20 Apr Buying a pillow
The wrong type of pillow can contribute to neck pain, stiffness or headaches and lead to poor quality sleep. But what is the right type of pillow to buy?
Your preferred sleeping position
A pillow’s role is to support your head and keep your neck aligned with the rest of your spine while you are sleeping.
If you are a back sleeper you should look for something that fills in the curve of your neck while keeping your neck neutral (so not tilted back or forcing your chin towards your chest). This often means a slightly lower pillow with a small contour will suit you best.
If you sleep on your side, something a bit higher is often more appropriate as your shoulders are wider than your neck and head. The goal is still the maintain your spinal alignment so you need a pillow thick enough that there is no space between the mattress and your head and neck, but not too thick that it tilts your head sideways.
I don’t recommend sleeping on your stomach as it puts your neck in an awkward position by compressing one side and straining the other, which can alone be the cause of your pain. It can also increase pressure on your lower back. However, if you can’t help but find yourself opting for this position, a lower pillow for your head and a pillow under your hips (to support your lower back) is often recommended.
Your physical build
If you are a larger person in general you will need a higher pillow to support the neck as described above and vice versa if you are more petite, or for children.
If you have quite a rounded upper back, which often increases as you get older, it can cause a more forward head position and therefore require a higher pillow.
Your personal preference
An important point in regard to what the pillow is made out of depends on your personal preference. If it feels comfortable you are more likely to relax and fall asleep easier. Just because a pillow is expensive, doesn’t mean it is the best choice for you, so spend some time trying different pillows at the store and lay on them for at least 10 minutes each. If you often change your sleeping position (for example you go from side sleeping to on your back) make sure it is easy to move on it and it is comfortable in all positions.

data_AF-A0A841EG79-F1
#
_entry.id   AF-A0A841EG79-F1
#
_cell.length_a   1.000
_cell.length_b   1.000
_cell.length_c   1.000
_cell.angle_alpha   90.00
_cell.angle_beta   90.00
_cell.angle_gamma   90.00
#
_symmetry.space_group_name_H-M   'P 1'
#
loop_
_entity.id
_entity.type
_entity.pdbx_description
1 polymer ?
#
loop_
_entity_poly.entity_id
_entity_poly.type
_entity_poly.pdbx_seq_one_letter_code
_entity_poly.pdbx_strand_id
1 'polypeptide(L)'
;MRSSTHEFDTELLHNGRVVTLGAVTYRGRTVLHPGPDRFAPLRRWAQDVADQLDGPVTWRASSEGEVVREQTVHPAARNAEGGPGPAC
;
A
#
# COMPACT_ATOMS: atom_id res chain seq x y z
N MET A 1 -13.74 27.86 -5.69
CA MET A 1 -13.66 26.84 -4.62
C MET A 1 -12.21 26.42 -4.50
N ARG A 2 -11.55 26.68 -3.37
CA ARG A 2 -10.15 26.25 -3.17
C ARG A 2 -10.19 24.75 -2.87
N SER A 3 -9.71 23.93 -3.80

I mainly recommend foam pillows that you can adjust by adding or removing pieces to suit you using the above principles. I also often recommend memory foam pillows, as they mould to the shape of your neck and head.
Important to keep in mind
It can take a few nights for you to get used to a new pillow. However, if it doesn’t make a change to your pain after a week then there may be another underlying cause of your pain so I recommend you see a physiotherapist for an assessment.
Remember your partner may also benefit from their own pillow tailored to them, so be sure not to just buy matching pillows to suit your bedroom.
These are my tips for buying the right pillow. If you remain unsure or would like some more tailored input I recommend you see a physiotherapist who can guide you through the pillow purchasing process. You can find a physio in your area of Australia or NZ here.